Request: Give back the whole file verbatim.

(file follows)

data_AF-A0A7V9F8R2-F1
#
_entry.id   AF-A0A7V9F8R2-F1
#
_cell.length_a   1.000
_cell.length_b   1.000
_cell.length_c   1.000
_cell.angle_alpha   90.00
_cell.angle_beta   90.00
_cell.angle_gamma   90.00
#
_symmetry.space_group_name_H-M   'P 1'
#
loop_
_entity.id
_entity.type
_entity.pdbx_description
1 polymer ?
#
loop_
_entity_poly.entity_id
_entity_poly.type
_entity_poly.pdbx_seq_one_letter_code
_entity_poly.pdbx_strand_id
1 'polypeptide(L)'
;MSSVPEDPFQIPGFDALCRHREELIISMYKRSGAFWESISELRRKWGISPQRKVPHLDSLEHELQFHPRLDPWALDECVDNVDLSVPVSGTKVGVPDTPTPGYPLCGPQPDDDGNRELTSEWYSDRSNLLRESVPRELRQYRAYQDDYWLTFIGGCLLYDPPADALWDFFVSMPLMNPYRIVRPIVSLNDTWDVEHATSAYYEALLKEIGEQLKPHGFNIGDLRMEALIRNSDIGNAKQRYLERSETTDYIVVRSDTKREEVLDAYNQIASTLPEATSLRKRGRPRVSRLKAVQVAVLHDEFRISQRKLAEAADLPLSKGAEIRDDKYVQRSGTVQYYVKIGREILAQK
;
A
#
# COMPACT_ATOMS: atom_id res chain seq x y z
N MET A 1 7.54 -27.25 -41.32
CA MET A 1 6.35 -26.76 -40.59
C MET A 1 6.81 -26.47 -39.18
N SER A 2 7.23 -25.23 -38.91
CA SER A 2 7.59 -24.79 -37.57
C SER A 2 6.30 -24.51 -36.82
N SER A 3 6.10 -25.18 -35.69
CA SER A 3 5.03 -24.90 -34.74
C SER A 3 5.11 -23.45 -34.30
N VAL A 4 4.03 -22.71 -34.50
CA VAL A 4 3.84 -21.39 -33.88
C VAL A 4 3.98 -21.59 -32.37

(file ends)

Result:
data_AF-A0A7V9F8R2-F1
#
_entry.id   AF-A0A7V9F8R2-F1
#
_cell.length_a   1.000
_cell.length_b   1.000
_cell.length_c   1.000
_cell.angle_alpha   90.00
_cell.angle_beta   90.00
_cell.angle_gamma   90.00
#
_symmetry.space_group_name_H-M   'P 1'
#
loop_
_entity.id
_entity.type
_entity.pdbx_description
1 polymer ?
#
loop_
_entity_poly.entity_id
_entity_poly.type
_entity_poly.pdbx_seq_one_letter_code
_entity_poly.pdbx_strand_id
1 'polypeptide(L)'
;MSSVPEDPFQIPGFDALCRHREELIISMYKRSGAFWESISELRRKWGISPQRKVPHLDSLEHELQFHPRLDPWALDECVDNVDLSVPVSGTKVGVPDTPTPGYPLCGPQPDDDGNRELTSEWYSDRSNLLRESVPRELRQYRAYQDDYWLTFIGGCLLYDPPADALWDFFVSMPLMNPYRIVRPIVSLNDTWDVEHATSAYYEALLKEIGEQLKPHGFNIGDLRMEALIRNSDIGNAKQRYLERSETTDYIVVRSDTKREEVLDAYNQIASTLPEATSLRKRGRPRVSRLKAVQVAVLHDEFRISQRKLAEAADLPLSKGAEIRDDKYVQRSGTVQYYVKIGREILAQK
;
A
#
# COMPACT_ATOMS: atom_id res chain seq x y z
N MET A 1 7.54 -27.25 -41.32
CA MET A 1 6.35 -26.76 -40.59
C MET A 1 6.81 -26.47 -39.18
N SER A 2 7.23 -25.23 -38.91
CA SER A 2 7.59 -24.79 -37.57
C SER A 2 6.30 -24.51 -36.82
N SER A 3 6.10 -25.18 -35.69
CA SER A 3 5.03 -24.90 -34.74
C SER A 3 5.11 -23.45 -34.30
N VAL A 4 4.03 -22.71 -34.50
CA VAL A 4 3.84 -21.39 -33.88
C VAL A 4 3.98 -21.59 -32.37